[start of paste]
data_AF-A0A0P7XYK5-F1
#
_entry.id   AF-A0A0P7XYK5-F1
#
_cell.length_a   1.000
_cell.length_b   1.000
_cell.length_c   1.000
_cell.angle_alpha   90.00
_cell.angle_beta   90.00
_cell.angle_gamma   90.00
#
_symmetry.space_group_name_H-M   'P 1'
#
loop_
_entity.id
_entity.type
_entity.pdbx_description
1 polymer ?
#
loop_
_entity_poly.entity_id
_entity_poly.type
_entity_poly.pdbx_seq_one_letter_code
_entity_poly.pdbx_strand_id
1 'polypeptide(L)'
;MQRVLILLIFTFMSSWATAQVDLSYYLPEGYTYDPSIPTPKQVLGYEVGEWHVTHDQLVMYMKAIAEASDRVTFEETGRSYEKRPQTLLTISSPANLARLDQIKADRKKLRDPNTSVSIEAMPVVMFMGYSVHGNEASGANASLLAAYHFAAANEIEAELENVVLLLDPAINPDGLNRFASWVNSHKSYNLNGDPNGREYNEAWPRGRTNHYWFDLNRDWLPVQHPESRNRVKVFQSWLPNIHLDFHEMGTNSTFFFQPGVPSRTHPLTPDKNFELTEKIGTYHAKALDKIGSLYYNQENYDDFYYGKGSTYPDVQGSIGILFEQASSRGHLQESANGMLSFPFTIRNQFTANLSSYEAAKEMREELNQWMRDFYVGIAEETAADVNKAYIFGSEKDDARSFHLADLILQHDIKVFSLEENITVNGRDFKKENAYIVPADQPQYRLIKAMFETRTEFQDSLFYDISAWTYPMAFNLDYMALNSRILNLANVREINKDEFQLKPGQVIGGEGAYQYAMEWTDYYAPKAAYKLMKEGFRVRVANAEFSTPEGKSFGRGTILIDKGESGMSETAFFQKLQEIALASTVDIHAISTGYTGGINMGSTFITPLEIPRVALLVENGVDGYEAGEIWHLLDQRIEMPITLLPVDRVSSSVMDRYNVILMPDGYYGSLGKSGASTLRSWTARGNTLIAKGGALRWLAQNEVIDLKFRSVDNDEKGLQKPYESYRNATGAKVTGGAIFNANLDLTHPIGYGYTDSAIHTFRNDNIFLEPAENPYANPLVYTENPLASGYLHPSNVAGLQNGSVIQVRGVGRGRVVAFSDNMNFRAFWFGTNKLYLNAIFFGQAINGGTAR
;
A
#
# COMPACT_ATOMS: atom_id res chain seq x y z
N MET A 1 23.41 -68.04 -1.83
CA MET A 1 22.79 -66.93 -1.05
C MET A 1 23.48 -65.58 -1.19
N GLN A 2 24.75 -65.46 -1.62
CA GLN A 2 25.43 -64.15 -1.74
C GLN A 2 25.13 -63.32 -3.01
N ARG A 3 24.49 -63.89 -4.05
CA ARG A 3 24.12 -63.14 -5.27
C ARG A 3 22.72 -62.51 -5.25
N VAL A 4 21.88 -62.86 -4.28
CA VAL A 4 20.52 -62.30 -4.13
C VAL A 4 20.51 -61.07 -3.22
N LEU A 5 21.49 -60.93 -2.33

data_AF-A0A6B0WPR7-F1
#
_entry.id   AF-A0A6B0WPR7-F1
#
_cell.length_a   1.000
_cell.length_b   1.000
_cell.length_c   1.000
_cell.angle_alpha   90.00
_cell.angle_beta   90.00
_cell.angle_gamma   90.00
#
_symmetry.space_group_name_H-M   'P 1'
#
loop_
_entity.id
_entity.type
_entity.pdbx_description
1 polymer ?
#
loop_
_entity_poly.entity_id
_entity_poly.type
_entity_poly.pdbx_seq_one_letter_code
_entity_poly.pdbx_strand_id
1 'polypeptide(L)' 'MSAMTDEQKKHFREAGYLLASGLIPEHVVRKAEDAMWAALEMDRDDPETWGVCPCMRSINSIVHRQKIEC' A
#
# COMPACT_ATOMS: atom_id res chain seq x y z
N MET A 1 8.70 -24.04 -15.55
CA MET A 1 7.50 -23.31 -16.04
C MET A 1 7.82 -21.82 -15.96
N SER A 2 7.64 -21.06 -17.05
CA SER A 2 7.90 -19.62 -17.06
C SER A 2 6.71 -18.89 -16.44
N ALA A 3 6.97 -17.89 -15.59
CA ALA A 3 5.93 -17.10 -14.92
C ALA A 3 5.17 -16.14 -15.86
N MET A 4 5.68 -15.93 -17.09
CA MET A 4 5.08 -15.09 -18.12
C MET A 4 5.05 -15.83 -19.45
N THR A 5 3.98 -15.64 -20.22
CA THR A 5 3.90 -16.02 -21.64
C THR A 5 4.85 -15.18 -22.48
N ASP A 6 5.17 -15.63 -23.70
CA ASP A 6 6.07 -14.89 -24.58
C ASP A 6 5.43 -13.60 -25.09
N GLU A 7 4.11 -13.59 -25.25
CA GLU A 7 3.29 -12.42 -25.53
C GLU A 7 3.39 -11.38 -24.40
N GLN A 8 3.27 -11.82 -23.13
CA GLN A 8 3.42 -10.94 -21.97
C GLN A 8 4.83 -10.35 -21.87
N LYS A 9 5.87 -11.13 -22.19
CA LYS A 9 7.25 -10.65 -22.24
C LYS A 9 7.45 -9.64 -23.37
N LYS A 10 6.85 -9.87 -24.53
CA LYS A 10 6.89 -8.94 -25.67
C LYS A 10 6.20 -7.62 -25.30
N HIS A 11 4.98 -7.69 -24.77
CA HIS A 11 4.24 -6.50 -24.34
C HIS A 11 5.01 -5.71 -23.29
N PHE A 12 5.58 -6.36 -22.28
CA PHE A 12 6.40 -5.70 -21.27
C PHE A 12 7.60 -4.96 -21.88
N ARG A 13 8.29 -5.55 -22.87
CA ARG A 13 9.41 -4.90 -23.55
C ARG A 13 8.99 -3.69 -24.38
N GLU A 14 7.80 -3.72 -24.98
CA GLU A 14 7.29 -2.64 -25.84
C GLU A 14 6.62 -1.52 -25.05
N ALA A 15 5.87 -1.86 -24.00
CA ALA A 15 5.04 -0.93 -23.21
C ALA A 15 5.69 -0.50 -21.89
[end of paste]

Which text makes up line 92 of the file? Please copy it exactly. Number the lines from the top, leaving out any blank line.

N GLN A 8 3.27 -11.82 -23.13